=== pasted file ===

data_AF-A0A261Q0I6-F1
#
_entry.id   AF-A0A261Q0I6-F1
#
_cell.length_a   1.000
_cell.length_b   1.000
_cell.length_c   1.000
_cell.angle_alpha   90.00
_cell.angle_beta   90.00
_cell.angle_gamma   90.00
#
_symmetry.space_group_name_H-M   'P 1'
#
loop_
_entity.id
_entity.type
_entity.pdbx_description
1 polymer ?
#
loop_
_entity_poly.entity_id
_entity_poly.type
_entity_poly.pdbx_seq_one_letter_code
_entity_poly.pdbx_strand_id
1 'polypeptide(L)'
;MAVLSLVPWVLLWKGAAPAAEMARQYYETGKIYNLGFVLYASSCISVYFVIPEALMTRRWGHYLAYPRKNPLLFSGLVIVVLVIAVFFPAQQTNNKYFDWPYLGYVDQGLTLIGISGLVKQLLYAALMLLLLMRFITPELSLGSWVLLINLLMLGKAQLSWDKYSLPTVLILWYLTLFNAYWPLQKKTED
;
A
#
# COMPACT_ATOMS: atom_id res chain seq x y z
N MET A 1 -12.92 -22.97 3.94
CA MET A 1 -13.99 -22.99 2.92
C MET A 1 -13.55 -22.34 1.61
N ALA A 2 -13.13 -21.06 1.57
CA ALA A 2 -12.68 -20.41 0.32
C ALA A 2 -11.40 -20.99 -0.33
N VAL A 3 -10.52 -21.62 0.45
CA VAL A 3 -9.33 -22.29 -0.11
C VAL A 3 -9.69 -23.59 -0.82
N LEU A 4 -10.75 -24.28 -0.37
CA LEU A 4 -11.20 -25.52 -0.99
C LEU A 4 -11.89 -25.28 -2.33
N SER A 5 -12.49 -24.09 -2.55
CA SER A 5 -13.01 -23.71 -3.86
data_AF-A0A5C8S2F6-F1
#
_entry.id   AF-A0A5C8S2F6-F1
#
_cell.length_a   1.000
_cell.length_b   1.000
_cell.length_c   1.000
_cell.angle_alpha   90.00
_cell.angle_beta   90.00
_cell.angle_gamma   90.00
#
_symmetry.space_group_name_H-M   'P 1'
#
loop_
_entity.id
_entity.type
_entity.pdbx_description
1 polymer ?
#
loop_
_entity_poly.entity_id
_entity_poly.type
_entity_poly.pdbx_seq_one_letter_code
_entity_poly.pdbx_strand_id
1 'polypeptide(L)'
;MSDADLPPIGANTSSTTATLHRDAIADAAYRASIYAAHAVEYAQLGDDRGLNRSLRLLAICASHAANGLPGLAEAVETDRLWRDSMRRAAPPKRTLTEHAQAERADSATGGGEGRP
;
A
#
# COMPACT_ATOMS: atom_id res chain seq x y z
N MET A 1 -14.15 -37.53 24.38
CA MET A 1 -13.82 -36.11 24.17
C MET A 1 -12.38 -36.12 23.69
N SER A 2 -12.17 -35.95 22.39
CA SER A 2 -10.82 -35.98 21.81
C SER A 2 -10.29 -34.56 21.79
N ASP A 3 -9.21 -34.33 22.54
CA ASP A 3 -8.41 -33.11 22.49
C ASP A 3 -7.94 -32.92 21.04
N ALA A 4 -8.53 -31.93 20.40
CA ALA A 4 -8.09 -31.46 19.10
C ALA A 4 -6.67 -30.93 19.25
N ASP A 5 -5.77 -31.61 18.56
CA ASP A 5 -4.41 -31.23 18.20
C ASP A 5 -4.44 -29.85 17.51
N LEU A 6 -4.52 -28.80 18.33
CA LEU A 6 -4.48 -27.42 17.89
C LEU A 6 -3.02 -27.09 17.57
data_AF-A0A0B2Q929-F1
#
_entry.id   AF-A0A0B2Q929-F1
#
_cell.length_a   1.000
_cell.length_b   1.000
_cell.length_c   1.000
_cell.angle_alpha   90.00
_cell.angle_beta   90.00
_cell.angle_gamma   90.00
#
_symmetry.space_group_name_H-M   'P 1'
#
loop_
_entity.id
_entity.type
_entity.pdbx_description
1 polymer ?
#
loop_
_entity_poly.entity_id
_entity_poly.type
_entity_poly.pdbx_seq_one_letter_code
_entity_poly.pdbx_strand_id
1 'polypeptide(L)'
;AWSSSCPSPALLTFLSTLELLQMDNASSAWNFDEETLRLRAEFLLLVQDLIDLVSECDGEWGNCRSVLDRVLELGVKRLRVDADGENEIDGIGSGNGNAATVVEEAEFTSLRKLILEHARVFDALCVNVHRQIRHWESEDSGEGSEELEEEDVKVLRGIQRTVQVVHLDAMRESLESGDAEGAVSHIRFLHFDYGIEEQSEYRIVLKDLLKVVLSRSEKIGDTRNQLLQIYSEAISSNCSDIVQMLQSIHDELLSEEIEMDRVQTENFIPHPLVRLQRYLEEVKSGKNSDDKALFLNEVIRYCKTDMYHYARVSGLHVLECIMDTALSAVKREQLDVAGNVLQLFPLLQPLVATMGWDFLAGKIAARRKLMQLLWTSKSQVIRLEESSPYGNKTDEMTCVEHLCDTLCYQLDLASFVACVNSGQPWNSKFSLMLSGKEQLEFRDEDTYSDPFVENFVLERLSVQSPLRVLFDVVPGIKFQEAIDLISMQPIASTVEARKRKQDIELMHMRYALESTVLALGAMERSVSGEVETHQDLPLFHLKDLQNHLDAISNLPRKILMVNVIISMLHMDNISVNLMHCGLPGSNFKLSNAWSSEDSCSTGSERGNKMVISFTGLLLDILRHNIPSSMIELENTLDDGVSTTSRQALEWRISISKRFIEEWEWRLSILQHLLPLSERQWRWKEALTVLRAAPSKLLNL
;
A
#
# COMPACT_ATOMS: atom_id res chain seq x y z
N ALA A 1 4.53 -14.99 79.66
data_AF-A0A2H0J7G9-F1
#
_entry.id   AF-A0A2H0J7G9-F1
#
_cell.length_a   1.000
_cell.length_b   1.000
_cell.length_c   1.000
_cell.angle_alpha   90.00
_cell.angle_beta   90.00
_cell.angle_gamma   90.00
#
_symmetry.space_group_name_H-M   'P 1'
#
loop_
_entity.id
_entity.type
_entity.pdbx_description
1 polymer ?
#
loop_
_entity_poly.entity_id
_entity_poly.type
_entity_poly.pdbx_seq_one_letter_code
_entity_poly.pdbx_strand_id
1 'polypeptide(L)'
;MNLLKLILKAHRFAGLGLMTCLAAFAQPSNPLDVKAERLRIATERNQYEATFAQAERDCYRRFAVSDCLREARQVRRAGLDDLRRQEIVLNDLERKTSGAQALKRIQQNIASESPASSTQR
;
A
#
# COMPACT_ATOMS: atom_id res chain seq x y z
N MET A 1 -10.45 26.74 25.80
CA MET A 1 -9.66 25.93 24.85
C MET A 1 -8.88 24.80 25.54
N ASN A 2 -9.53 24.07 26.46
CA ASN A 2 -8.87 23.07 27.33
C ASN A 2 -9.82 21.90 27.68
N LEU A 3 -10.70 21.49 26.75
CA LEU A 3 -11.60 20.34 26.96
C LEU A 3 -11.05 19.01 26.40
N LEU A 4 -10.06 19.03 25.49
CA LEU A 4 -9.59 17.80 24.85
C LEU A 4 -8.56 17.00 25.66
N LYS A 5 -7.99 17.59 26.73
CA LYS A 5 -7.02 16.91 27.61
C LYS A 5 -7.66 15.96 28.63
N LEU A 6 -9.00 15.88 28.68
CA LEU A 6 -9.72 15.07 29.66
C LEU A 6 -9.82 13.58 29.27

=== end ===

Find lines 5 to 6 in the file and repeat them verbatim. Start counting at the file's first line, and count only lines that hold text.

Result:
_cell.length_a   1.000
_cell.length_b   1.000